FEATURE: Secret Space Talk Inspiration, Perspective

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Interview by: Annette Hansen

Words by: Annette Hansen

For music fans our favorite albums are sacred relics, but what would it be like to hear those albums again is a whole new way. Less than a year out from the release of their debut album The Window Room, Secret Space pondered that as well. The band, however, wondered what it would sound like to take their own album and rework it into something new, that something being The Window Room Pt. 2: Lost in a Dream, released March 17, 2017 via Equal Vision Records.

“I think albums should be revisited more often,” states vocalist and guitarist Dean Tartaglia. “I keep going back to this quote when people ask me about this record, I’ll paraphrase, but it’s something Bob Dylan said about how people get really caught up in the recording of a song itself, but I think the song is like an essence. You can change a lot of the details about it, but you’ll get the same essence at the end of the day.”

It was that mindset that Tartaglia says drove Secret Space to reimagine the essence they had created with The Window Room.

“I don’t think if you record a version [of a song]that it’s how you should play it forever,” he expresses. “We feel like we’re a prolific band and that’s what we always want to offer, just a new take on what we’re doing.”

The result was a raw and stripped down album featuring four songs from the original album as well as a few b-sides and a couple of covers. The Window Room Pt. 2 shows what Secret Space had accomplished with their debut in a vulnerable light.

“We made some conscious production choices to make it feel really personal,” Tartaglia explains. “I only wanted like three takes for an instrument because we wanted to be like ‘hey, if this is meant to sound a little fucked up in spots, then that’s what it’s meant to sound like’.”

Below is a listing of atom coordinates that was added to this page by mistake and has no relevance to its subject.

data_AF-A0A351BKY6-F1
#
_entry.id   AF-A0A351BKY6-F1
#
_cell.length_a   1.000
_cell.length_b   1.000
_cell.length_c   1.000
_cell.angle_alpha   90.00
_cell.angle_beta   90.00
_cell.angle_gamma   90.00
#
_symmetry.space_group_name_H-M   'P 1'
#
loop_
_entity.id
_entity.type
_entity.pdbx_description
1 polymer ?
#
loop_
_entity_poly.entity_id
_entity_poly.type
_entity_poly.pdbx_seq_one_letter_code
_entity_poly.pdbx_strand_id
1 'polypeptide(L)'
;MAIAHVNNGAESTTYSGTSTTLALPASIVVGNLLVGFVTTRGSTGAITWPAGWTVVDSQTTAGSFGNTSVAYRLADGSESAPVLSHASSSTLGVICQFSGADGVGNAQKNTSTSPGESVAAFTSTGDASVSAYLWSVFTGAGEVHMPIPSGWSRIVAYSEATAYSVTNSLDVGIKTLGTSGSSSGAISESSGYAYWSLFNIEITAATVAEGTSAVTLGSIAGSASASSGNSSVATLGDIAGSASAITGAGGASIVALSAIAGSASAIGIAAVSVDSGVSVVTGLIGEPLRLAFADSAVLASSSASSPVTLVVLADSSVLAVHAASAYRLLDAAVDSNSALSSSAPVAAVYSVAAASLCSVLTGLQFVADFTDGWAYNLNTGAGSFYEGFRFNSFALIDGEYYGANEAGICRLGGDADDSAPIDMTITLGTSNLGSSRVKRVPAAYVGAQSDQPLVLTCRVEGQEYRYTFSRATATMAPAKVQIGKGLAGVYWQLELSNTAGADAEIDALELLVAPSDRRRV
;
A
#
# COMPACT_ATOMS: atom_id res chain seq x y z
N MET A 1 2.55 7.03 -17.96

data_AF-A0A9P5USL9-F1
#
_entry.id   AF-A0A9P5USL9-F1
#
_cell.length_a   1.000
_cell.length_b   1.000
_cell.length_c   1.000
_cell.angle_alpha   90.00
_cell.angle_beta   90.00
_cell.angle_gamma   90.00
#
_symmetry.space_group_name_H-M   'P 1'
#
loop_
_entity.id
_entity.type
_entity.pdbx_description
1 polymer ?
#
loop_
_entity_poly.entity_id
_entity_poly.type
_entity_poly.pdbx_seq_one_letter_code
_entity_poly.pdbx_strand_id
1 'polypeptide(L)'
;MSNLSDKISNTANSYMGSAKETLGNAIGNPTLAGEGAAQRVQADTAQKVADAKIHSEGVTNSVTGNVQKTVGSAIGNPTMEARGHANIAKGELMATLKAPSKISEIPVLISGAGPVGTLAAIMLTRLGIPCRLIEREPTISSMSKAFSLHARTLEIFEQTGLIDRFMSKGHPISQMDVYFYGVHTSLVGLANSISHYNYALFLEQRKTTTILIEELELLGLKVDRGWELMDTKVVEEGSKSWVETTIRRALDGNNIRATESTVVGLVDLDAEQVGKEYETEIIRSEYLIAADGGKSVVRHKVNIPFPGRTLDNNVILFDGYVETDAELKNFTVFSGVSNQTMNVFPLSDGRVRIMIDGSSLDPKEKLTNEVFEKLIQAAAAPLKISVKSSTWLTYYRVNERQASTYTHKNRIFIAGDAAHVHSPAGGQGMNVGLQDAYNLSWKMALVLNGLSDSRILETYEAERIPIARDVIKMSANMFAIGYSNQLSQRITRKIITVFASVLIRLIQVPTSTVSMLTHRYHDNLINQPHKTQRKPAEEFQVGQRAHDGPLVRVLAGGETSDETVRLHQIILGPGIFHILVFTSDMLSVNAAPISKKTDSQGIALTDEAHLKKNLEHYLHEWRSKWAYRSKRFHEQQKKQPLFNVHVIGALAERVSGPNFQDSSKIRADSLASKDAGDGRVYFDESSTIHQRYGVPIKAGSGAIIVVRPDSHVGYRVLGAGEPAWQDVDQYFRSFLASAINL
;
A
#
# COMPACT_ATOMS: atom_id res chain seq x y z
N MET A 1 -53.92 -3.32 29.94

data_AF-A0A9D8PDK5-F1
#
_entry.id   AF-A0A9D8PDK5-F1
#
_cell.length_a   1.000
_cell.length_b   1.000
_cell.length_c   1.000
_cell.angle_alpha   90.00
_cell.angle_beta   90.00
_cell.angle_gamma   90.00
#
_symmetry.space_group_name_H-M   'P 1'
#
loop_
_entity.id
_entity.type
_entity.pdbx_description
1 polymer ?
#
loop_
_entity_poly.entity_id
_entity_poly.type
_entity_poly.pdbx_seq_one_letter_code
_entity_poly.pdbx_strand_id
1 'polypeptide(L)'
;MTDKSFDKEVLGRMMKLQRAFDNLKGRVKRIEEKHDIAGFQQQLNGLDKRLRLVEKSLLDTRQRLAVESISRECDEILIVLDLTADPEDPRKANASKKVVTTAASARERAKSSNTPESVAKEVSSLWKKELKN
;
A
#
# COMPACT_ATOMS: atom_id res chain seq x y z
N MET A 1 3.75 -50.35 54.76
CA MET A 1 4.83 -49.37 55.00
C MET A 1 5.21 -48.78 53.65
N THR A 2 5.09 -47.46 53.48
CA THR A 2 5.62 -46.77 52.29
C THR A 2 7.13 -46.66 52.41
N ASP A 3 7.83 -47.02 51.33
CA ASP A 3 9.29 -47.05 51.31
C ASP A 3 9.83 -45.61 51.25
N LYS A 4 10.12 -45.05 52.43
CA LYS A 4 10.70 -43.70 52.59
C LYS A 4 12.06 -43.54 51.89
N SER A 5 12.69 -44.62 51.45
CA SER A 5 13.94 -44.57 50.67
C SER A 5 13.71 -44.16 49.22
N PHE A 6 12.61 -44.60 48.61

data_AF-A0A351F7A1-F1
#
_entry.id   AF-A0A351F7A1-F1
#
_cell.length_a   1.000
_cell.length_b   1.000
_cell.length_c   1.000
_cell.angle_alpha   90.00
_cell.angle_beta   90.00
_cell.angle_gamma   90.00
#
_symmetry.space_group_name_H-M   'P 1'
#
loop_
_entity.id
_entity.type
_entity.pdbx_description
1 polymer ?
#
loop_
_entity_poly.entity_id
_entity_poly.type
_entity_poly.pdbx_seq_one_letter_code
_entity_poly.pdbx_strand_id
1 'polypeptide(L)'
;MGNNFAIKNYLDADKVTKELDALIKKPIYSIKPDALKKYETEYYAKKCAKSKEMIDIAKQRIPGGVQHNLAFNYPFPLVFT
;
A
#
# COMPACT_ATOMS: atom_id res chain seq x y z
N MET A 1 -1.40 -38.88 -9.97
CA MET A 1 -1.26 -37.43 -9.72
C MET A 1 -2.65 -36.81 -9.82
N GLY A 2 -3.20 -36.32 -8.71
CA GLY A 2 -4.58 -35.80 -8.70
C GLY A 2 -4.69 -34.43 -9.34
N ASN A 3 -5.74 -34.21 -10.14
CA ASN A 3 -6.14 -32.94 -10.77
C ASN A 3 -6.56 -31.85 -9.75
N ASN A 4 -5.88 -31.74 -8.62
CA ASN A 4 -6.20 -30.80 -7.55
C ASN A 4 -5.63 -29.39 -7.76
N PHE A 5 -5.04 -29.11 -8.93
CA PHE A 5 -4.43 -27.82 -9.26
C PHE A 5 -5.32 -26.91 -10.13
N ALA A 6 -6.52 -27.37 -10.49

For Tartaglia there’s something more raw and honest to a track when the glamor is peeled away, “Once you hear a stripped down song, something you know really well, it makes you feel completely different,” he says. “You respect the song more.”

With this new release Tartaglia felt like he could not only offer a new perspective to the music he had previously made, but also showcase elements that may have gotten lost in translation. He hopes the more laidback tracks will expose hidden influences within his songwriting.

“I kind of went back to the roots of what I was influenced by,” Tartaglia describes. “I’m just excited with the idea that maybe someone will hear a song like ‘Cast Iron’ that we redid that really sounds a lot like Elliott Smith now, and then maybe when they hear the full band version, they’ll hear those influences that are there but are less obvious.”

Tartaglia feels that watching his own songs morph and grow has been rewarding, “Stripping [a song]back and seeing what it was when we started, after playing the song so many times live, having the song be out for a year or whatever, it’s cool.” he says. “It keeps you rooted.”

The very nature of this reworked album is part of the prolific vibe that Tartaglia wants to create with Secret Space, using the band to channel every corner of their writing and creativity rather than jumping from one project to the next.

“This was my track for a while,” Tartaglia explains. “I would be in a band for two years and then would just start a new project. We’re at the two year point with Secret Space and that’s just not going to happen…This is a long haul type situation.”

And putting together The Window Room Pt. 2 was a chance for Tartaglia to better understand himself as a writer for the band to better understand who they are as Secret Space, “Doing this re-imagined album felt really good like ‘hey, I think I know all the sides of myself now’ looking at these songs.”
For Tartaglia and the band as a whole, this is just one more step in the right direction of working out what they have to offer as artists, “I think I’ve always been searching for my voice even if I feel like I’ve found it now more than ever.”

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